Most of us remember a time when a decent first car could be had for around $5,000 or less, but today parents are experiencing some serious sticker shock in the market. A study from iSeeCars.com is here to help with some data that reveals the best combination of safety and reliability at various price points.
Helping your teen with their car purchase can be a tricky process. Most parents are prioritizing safety and reliability while many teens want a ride that seems “cool.” As a professional car shopper, I often get asked “What’s the best car I should buy for my kid.” While the simple answer is “the safest one you can afford,” I caution parents about buying something that is either too big or too small. While it may be tempting to have your teen behind the wheel of a Suburban because larger vehicles tend to survive crashes better than smaller cars, parents need to remember that combining a big car with slower reflexes due to physics and a novice driver with slower reaction time due to experience can be a bad combination. I will often point folks in the direction of the compact to the mid-size category of vehicles as they provide a good balance between maneuverability and safety.
iSeeCars.com has examined data from safety ratings, reliability, and fuel economy to come up with selections in various categories using the following methodology:
“iSeeCars analyzed over 1.7 million used cars sold between May and July 2022 to find cars with an average price under $25,000. It then combined this pricing information with reliability and safety scores from its Best Cars Rankings, along with the latest mpg values, to determine the best cars for teens. Cars were required to have a minimum mpg of 20 and a combined reliability and safety score of at least 8.5 out of 10 to be included.”
Here are the choices for the best cars for teens under $25,000:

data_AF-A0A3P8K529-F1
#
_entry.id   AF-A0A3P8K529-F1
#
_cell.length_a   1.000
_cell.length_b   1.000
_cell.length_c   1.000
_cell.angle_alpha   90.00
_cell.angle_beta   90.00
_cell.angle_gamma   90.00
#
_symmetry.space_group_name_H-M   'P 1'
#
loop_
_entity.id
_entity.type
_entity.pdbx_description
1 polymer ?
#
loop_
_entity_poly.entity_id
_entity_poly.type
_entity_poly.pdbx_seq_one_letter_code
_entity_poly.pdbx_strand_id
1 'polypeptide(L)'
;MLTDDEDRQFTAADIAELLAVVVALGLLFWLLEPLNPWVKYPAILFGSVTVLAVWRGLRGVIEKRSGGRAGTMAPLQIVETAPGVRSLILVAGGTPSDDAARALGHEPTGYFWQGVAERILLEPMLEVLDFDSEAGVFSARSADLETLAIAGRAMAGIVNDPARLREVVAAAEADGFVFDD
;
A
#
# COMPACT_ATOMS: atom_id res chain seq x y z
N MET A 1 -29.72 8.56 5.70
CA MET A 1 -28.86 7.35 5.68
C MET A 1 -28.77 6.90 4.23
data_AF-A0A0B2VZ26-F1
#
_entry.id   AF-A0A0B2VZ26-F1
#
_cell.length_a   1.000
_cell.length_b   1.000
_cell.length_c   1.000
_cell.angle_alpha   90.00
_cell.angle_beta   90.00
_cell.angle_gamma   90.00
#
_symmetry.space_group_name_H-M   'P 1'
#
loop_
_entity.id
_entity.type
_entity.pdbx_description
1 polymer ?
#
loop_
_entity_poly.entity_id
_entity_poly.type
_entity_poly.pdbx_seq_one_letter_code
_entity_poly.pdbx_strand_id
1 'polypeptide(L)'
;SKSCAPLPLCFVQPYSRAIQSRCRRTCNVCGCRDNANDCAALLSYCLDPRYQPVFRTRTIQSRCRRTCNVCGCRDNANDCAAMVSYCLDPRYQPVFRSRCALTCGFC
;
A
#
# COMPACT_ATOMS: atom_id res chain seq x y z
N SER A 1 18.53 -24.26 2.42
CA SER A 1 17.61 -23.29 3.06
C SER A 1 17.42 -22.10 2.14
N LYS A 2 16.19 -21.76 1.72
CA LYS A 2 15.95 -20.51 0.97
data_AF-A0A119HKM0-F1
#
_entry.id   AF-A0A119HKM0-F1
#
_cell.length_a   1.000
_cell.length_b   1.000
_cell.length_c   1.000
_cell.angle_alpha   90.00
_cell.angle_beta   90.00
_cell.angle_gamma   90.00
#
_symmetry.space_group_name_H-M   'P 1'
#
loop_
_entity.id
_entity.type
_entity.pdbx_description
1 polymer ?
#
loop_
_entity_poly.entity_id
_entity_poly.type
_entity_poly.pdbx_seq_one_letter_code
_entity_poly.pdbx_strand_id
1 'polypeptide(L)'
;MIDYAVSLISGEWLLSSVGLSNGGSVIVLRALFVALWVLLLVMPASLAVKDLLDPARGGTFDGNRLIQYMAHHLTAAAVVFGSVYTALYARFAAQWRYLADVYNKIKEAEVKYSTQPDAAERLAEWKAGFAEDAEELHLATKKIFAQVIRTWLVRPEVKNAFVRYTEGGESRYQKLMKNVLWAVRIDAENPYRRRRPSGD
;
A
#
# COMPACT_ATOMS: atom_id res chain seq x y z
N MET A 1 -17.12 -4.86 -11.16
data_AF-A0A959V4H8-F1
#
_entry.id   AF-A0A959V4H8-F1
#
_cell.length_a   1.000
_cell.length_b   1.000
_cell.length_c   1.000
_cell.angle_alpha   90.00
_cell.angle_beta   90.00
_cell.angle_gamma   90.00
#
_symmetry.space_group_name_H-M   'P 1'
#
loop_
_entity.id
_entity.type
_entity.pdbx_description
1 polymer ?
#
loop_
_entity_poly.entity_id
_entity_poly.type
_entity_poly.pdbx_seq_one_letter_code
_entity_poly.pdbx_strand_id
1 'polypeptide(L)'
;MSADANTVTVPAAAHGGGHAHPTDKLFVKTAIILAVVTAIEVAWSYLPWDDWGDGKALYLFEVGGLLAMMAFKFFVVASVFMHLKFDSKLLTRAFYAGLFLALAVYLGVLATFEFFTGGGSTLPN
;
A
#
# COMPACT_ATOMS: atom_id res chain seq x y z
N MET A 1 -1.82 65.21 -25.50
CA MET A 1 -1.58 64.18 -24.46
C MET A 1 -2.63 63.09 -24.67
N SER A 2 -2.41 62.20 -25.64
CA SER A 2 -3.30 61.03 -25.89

When iSeeCars sent me this data, I told them that while this is good information a more helpful list would be cars under $15,000 because I don’t know if many parents that are dropping twenty-five large on the first car for their kid. Furthermore, if someone were to spend that kind of money they would probably just buy a new car with the most modern safety tech. To my surprise, iSeeCars reexamined their data and sent me a list of cars under $15,000
Overall there are some solid but mostly predictable choices here, though if parents are shopping in that sub $15k category you are looking at cars that are at least ten years old and in some cases models that date back to 2007. My first car was a 1991 Chevy Lumina for about $2500 and I bought it in 1998, parents and teens have it much harder nowadays.
For those folks who are in this mess of a market trying to find a car for their kid, I would also recommend that they do some research on insurance costs as there can be a significant difference in premiums depending on the vehicle. Also, investing in a pre-purchase inspection, whether it be from a local mechanic or a remote inspection service, is critical before you lay down the cash.
Tom McParland is a contributing writer for Jalopnik and runs AutomatchConsulting.com. He takes the hassle out of buying or leasing a car. Got a car buying question? Send it to Tom@AutomatchConsulting.com